Choose a Good Peppermill

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Pepper_Mills_cA lot of recipes call for "salt and pepper, to taste" suggest using freshly ground pepper. Why? Because once the peppercorns are ground they start to loose flavor and after about 3 months there will be a noticeable difference. So if you don't have a pepper mill at home, you may want to think about getting one. It's amazing how a simple ingredient like freshly ground pepper can dramatically change the flavor of a dish.

Test it yourself by grinding some fresh pepper and comparing it to the pepper in your spice cabinet that's been there for years hidden behind the ground mustard. But start with the old pepper first or the freshly ground pepper will overpower it.

So if you don't have a pepper mill at home, you may want to think about getting one. It's amazing how a simple ingredient like freshly ground pepper can dramatically change the flavor of a dish.

I have an antique salt and pepper collection with over 100 pair of shakers and I only bring them to the table on holidays and special occasions for show. In my kitchen and at the table, I only use one of my pepper mills.

When I find a particularly interesting pepper mill in the store or on the Internet, I have to make a concerted effort not to buy it. I already have 6 or 7 different models of various styles in my kitchen cabinet but I find myself drawn to only using one.

Which brand do I use? A simple traditional looking wooden one with a crank handle on top but because there are so many variables involved in choosing a pepper mill, you should pick one based on your own likes and needs. Let's look at some:

Appearance/Style

First you have to decide whether you are looking for a pepper mill that looks good on your dining room table or one that is highly functional. Or both! If you are looking for a well made, high performance pepper mill that also makes a statement just by looking at it, you will want to look at some of the custom made mills.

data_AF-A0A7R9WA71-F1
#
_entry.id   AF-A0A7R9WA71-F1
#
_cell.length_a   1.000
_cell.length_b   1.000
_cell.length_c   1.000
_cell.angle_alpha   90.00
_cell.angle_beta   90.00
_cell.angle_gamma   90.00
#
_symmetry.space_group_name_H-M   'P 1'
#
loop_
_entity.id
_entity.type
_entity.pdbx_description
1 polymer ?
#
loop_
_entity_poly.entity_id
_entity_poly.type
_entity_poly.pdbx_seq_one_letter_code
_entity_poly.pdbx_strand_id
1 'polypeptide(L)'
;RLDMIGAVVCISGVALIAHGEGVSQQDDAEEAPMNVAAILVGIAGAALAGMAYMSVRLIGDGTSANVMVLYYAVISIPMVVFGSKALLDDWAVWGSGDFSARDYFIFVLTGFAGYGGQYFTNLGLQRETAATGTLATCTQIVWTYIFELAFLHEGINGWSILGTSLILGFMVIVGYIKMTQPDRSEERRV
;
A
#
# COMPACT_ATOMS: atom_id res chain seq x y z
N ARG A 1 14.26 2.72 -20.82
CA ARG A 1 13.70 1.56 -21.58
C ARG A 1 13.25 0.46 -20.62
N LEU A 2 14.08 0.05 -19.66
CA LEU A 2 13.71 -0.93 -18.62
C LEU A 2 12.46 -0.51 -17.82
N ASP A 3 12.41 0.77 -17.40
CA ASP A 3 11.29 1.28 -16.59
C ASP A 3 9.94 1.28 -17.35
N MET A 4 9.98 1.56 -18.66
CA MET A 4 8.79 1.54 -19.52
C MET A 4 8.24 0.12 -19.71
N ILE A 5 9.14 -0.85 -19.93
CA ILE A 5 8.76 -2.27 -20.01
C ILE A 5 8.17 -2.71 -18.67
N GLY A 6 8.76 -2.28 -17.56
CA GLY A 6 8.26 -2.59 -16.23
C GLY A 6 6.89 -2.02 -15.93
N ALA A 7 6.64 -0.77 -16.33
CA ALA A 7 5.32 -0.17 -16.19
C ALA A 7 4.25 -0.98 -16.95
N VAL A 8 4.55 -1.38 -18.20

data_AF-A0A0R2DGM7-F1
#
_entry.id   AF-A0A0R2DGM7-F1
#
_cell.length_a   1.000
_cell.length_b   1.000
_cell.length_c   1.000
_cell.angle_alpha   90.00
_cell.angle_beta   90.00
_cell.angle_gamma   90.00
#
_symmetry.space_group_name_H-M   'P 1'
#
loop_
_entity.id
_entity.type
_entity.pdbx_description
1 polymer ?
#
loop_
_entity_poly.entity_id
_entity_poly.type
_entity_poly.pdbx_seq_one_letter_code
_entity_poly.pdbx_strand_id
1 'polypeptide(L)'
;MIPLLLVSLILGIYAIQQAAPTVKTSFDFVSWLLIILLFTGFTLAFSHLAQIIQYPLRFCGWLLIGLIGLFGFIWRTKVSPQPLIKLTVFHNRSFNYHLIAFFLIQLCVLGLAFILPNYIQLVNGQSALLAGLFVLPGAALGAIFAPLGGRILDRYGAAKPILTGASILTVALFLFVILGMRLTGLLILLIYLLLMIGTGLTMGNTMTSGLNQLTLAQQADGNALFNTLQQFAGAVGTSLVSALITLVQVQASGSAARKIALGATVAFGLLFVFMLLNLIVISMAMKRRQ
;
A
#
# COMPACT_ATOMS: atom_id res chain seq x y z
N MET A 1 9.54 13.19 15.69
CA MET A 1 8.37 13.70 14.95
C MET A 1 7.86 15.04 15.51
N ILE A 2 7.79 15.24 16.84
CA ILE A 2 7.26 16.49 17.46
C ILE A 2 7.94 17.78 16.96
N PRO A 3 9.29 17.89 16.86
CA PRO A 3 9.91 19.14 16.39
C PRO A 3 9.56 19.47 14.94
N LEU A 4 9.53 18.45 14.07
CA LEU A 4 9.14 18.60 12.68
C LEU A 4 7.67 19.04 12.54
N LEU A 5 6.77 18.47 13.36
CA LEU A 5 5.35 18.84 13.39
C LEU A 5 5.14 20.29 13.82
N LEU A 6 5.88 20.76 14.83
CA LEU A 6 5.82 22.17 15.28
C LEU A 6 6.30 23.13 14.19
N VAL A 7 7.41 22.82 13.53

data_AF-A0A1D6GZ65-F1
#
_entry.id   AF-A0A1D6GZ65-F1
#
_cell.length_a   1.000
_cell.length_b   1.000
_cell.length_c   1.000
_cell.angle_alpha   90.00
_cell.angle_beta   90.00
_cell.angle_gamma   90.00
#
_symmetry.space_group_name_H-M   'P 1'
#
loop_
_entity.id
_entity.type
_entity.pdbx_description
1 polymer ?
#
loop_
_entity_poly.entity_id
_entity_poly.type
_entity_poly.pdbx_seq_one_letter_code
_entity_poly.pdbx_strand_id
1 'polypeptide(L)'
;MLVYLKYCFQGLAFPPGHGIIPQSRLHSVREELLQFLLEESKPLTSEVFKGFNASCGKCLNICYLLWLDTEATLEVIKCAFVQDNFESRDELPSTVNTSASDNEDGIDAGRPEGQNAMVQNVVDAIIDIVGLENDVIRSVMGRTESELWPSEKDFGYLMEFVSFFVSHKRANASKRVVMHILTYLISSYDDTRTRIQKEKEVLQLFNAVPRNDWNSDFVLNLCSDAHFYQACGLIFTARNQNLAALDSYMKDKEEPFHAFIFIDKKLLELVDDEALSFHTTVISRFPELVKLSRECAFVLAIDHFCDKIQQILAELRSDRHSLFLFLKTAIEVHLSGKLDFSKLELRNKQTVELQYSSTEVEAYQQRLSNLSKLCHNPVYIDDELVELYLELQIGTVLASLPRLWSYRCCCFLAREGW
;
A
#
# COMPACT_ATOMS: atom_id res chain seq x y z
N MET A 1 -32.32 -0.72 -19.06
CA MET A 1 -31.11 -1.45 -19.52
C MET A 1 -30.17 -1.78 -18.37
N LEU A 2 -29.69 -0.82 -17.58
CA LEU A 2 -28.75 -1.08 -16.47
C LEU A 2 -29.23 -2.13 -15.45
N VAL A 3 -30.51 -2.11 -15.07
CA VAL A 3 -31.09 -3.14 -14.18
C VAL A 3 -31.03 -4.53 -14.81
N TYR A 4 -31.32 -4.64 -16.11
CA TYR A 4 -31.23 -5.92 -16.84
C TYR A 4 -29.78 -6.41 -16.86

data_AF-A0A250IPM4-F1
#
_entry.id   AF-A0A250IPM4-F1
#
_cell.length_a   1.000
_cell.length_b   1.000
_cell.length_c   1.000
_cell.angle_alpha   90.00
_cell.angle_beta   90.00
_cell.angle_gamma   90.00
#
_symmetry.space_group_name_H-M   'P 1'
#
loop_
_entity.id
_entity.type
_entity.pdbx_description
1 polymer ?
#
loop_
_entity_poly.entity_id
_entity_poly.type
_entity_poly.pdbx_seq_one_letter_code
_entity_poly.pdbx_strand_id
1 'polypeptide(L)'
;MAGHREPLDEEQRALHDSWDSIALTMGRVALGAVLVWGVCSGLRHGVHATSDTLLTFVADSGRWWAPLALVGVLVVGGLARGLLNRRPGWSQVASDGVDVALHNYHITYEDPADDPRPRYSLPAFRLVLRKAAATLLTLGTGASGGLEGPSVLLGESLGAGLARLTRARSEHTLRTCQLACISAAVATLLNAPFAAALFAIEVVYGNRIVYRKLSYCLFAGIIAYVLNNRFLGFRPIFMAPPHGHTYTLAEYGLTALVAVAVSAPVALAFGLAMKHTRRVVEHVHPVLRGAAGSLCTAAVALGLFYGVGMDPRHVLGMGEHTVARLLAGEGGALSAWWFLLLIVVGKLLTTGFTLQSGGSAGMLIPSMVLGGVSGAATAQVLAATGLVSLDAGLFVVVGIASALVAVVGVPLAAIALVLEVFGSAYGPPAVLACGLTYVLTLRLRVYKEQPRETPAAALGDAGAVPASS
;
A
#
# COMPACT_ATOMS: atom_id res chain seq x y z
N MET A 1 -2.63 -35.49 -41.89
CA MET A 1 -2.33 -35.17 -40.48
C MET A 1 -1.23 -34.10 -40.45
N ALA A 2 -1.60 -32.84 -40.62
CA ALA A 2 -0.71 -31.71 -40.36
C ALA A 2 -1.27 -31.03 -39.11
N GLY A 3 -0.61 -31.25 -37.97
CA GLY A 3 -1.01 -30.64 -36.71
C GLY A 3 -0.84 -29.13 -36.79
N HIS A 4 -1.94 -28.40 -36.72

These high-end pepper mills are each an art form. Pricey but gorgeous, custom made pepper mills would make a fine gift to anyone who is into cooking including yourself.

But let's look at some of the many styles you can find in the marketplace today?

  • Traditional wooden mill with a mushroom top that you turn (Chef Specialties, Peugeot)
  • Wood or metal mill with a turn crank on top ( Perfex, Oxo)
  • Plastic mill with the crank-key on the side (Peppermate) * Acrylic mill with sleek design and turning top (Unicorn Magnum)
  • Plastic mill with two handles you squeeze together (Peppergun)
  • Battery powered mill with spotlight for those romanic evenings (Don't bother unless you need it for a disability)
  • Big ones, tall ones, short ones, fat ones...you name it and it probably exists

So you can see there is a lot to decide from already and we haven't even looked at type of grinds, ease of use, how to fill and let's not forget about price.

Other Factors

* Grind Quality - Depending what you are going to use the pepper for, you want a mill that gives you the largest range in grinds including coarse, medium, and fine. A better made mill will give you a fine grind that is powdery and uniformly the same with no little pieces of the peppercorn. At the same time, you can set it for coarse and end up with big pieces for your au poivre (peppercorn) recipes.

* Size - Somehow I ended up with one of those big 14 inch mills that you see in fancy restaurants that the waiter brings over to season your salad. It looks great in a restaurant but its too heavy, awkward to use, and can only sit on my kitchen counter or in the broom closet. It's just too big. I also have a little tiny 2 ½ inch one that I can use when traveling but I always forget to bring it with me.

* Price - A good pepper mill isn't cheap. They start at $20 and can go up to $45 and if you want a work of art, you are looking at $100 to $200. The good news is there are great mills out there for $20 bucks but there are as many poorly made models at $40. So don't think if you spend a lot of money you are going to get a great mill. Do your homework and read reviews on the Internet and in cooking magazines.


www.reluctantgourmet.com



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